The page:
Patriots head coach Bill Belichick shared his thoughts Thursday on Bills safety Damar Hamlin, who has shown "substantial improvement", per doctors at the University of Cincinnati Medical Center, and remains in intensive care after suffering a cardiac arrest during Monday night's game against the Bengals.
Watching the frightening events in Cincinnati brought the veteran coach back to another scary injury that occurred a little more than 25 years ago.
Belichick was the Jets' defensive coordinator in 1997 when they traveled to face the Lions. A game that was supposed to be a celebration for the Lions, with the team on the verge of a playoff appearance and Barry Sanders just a few yards shy of 2,000 rushing, turned tragic and shocking in an instant.
Second-year Lions linebacker Reggie Brown made a tackle on Jets running back Adrian Murrell, and by all appearances it was a normal football play -- similar in that way to what happened on Monday night. Suddenly, Lions players knew something was wrong: Brown couldn't move and was having trouble breathing. Soon, he was unconscious.
Within moments, the entire Lions team was kneeling by Brown's side and the packed Silverdome crowd fell silent. Brown required CPR, which saved his life. The spinal-cord injury Brown suffered that day ended the then-23-year-old's NFL career.
"It was a very chilling game, one that I'll obviously never forget," Belichick said during his Thursday press conference. "I've been to a lot of games, but there are some that there's a moment that sticks out and that would be one of them."
Seeing Hamlin collapse on Monday certainly unsettled players and coaches around the NFL, the Patriots and Belichick included.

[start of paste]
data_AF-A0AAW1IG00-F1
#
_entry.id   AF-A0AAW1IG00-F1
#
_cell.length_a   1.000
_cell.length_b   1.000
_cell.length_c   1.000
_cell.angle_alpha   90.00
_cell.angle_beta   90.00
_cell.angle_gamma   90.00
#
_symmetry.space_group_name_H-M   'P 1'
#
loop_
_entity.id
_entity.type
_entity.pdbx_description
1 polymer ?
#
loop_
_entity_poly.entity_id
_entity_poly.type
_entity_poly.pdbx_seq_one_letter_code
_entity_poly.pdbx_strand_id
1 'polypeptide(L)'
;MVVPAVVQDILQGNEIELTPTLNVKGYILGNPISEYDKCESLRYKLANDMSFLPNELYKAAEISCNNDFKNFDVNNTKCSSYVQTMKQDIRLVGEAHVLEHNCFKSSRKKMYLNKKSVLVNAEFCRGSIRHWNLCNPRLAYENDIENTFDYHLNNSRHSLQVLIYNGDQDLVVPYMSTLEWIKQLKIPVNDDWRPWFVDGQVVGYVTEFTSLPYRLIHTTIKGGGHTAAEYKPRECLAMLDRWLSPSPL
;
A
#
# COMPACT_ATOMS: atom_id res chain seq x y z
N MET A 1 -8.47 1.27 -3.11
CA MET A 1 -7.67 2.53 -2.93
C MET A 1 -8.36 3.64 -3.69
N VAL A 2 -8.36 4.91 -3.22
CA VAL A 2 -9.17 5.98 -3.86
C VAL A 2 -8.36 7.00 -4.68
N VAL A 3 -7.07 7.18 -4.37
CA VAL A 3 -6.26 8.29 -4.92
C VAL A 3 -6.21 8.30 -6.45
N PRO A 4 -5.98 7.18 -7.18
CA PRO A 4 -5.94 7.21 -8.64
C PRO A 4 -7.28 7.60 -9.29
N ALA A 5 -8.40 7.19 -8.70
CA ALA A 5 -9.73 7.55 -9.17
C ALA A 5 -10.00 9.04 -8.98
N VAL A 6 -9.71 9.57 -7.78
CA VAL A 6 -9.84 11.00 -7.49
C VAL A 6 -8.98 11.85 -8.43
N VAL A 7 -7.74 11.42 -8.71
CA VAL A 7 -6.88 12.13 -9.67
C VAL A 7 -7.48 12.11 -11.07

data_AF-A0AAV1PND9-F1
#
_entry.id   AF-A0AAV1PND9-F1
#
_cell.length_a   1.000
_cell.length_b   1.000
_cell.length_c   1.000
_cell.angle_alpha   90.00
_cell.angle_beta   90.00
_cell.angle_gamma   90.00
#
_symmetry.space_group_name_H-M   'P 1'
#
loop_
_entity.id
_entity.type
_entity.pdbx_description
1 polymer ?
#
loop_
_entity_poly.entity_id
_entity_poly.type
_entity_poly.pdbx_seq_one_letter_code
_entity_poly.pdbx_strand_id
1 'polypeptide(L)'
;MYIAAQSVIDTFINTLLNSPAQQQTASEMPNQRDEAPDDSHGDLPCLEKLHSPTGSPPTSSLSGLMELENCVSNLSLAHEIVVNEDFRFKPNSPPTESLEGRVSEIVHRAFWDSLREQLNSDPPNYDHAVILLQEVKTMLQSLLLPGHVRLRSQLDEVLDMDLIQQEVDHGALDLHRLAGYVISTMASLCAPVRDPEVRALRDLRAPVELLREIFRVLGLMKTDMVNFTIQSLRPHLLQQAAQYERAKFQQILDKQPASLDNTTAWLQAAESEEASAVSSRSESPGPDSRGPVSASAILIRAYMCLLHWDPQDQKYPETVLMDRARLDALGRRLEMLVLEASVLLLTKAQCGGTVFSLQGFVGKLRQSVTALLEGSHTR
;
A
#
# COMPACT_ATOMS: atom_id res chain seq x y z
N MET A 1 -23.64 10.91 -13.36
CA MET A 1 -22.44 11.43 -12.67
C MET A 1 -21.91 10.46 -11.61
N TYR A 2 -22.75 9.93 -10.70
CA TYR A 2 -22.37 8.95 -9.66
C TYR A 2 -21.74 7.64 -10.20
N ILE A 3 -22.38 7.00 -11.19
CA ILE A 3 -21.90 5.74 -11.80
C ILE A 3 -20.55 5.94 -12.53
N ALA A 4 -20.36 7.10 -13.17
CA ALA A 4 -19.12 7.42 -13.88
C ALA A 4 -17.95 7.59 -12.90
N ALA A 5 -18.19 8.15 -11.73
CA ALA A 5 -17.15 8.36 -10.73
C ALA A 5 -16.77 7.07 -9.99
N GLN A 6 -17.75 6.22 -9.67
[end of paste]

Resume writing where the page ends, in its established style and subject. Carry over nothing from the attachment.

"I'd just say, really all I can say, really all I'm going to say is I think everybody is doing the best they can," he said. "I think everybody else is probably doing the same thing from whatever perspective they have on it.
"Again, from talking to other people that are in this league or have experienced it -- something like this, they're all different, I'm not saying anything is the same. But it's just a very – I don't think there's any easy answer to it. You just deal with it the best that you can."
Belichick, whose Patriots (8-8) are scheduled to play the Bills (12-3) in Buffalo on Sunday, knows there are some things bigger than football.
"Football is a very great and competitive game," he said. "Unfortunately, injuries and things like this can and do happen from time to time. It's very unfortunate. It seemed like the care that was given was very prompt and good. I'm thankful for that. But life's bigger than this game. It's just one of these humbling moments for all of us that stands out."